The planned traffic volume for the New Tomei is 62,000 vehicles/day with three lanes in each direction. The present maximum section is approximately 57,700 vehicles/day (Nagaizumi Numazu IC - Shin-Fuji IC in 2021). The planned traffic volume for Shin-Meishin is 41,600 vehicles/day. The current busiest section is approximately 47,800 vehicles/day (Konan IC - Shigaraki IC in 2021). This is already close to or exceeds the planned traffic volume and is estimated to become even more significant when the three lanes of the entire line are opened. Since September 2021, I have made more than 30 round trips between Shizuoka and Nara on the connection of expressways, Shin-Shizuoka IC in Shin-Tomei - Isewangan - Shin-Meishin (E1A throughout these sections) - Keiji Bypass (E88) - Daini-Keihan (E89) - Shin-Meishin (E1A) - Yamadagawa IC in Keinawa (E24), a total distance of 309.5 km one way just by expressway, where the Shin-Meishin is bypassed twice because its middle section is not connected. This route is often congested, and I understand that the current traffic volume is almost at its limit.


At night, service areas (SAs) and parking areas (PAs) are often terrifying for cars, as large trucks park long on the shoulder of the expressway or either in the deceleration or acceleration lane connecting to the main line. This is the "crime of the late-night discount." If they get off the expressway after midnight, they get a 30%-discount on the toll. They are waiting for this discount. Truck drivers are undoubtedly eager to finish their work early, but this puts an even heavier burden on their work. This is not the case on Saturdays and Sundays, which helps ordinary cars. This may be intended to "spread the traffic," but the damage is more significant. If the expressway companies want to help the logistics industry, lower the standard tolls. Alternatively, I firmly believe that the number of truck parking spaces at SAs and PAs should be increased.


Even for passengers, toilet facilities are a crying problem for older people. There are usually SAs or PAs on expressways every 30 km or so. However, on the route I use above, there is not a single restroom on the 47.4 km stretch from the Keiji Bypass - Daini-Keihan - Shin-Meishin - Keinawa Expressway and the Meishin-Kusatsu PA. Also, when entering the Kyoto Jukan Expressway (E9) from the Keiji Bypass, there are no restrooms in the 58.3 km section from the Meishin-Kusatsu PA to the Nantan PA. These are "arterial high-standard highways" but are not "national highways, A class roads," and they are "limited-access roads, including B class roads." This may be why the installation of PAs does not consider the use of the highway network. The Keiji Bypass is 27.1 km long. Therefore, a PA was deemed unnecessary, but users straddle multiple expressways. From the user's point of view, all PAs are toll sections and should be user-friendly.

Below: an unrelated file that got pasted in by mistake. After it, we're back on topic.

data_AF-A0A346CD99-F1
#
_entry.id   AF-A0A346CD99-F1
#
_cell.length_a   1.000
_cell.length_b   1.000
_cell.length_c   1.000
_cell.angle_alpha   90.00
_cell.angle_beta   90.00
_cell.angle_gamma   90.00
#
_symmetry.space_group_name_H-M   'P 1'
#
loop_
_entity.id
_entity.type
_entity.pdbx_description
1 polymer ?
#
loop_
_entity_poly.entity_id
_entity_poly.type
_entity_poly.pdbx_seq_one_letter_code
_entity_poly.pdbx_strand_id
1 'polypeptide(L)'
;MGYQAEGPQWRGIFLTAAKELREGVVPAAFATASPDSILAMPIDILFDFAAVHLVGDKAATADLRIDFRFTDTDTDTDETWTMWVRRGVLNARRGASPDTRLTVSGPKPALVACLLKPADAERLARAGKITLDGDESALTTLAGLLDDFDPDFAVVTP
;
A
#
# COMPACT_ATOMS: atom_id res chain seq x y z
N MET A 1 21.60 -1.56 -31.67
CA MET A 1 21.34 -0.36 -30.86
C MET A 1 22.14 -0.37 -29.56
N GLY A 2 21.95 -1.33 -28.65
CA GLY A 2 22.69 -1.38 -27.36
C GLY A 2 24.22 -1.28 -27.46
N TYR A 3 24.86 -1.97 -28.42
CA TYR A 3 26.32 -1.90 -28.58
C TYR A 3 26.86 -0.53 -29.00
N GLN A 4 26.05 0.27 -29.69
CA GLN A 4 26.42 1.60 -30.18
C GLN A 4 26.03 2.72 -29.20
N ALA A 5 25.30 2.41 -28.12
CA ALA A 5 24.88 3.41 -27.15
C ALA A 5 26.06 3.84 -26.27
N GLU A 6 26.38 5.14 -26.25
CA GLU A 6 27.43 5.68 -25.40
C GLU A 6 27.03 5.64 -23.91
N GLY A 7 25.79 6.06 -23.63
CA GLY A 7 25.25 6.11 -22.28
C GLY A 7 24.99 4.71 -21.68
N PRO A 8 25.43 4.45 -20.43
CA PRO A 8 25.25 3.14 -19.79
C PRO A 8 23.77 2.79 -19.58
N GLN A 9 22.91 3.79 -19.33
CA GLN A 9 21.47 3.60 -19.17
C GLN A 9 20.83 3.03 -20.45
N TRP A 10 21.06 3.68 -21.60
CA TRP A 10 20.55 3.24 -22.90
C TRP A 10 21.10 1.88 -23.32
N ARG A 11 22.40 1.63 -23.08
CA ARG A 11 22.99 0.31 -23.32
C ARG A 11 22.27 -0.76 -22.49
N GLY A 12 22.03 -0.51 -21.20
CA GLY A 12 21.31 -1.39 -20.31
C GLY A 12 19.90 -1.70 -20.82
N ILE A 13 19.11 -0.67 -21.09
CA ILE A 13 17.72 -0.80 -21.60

Logistics is the foundation of the Japanese economy, and highways are also an essential means of moving people when public transportation is not convenient at the destination. From the perspective of cost-effectiveness and safety, reforms are needed with a long-term perspective. They should consider the SDGs and the shrinking size of Japan's population due to the declining birthrate. In other words, rather than adding more lanes and expanding routes, it would be preferable to make more advanced use of existing infrastructure. One of the most promising possibilities is the development of automated driving. As the number of vehicles passing each other increases and it becomes impossible to maintain a distance between vehicles, traffic congestion will naturally occur. However, automated driving aims to maintain speed and drive safely even as vehicle density increases. Progress in automated driving begins with reducing the burden on the driver and ensuring safety. Currently, automated driving is at "Level 2". The final type is defined as "Level 5". We hear a "Level 5" demonstration on public roads is planned for 2027. Automakers are competing to develop this technology. Communication between vehicles will be necessary to achieve a higher level of automated driving that ensures safety and efficiency. In addition, a minimum level of cost-effective road infrastructure development is essential. For example, traffic signals are challenging to recognize colors when backlit by the sun's position. Therefore, radio wave signals should be used to indicate "green," "yellow," and "red." These technologies are already aligned. The concept of vehicle-to-vehicle (V2V) communication and vehicle-to-infrastructure (V2I) communication are collectively referred to as vehicle-to-everything (V2X). These technologies allow vehicles to exchange information with each other and the infrastructure in real-time, enabling safer and more efficient driving. In this way, road transportation will be perfected.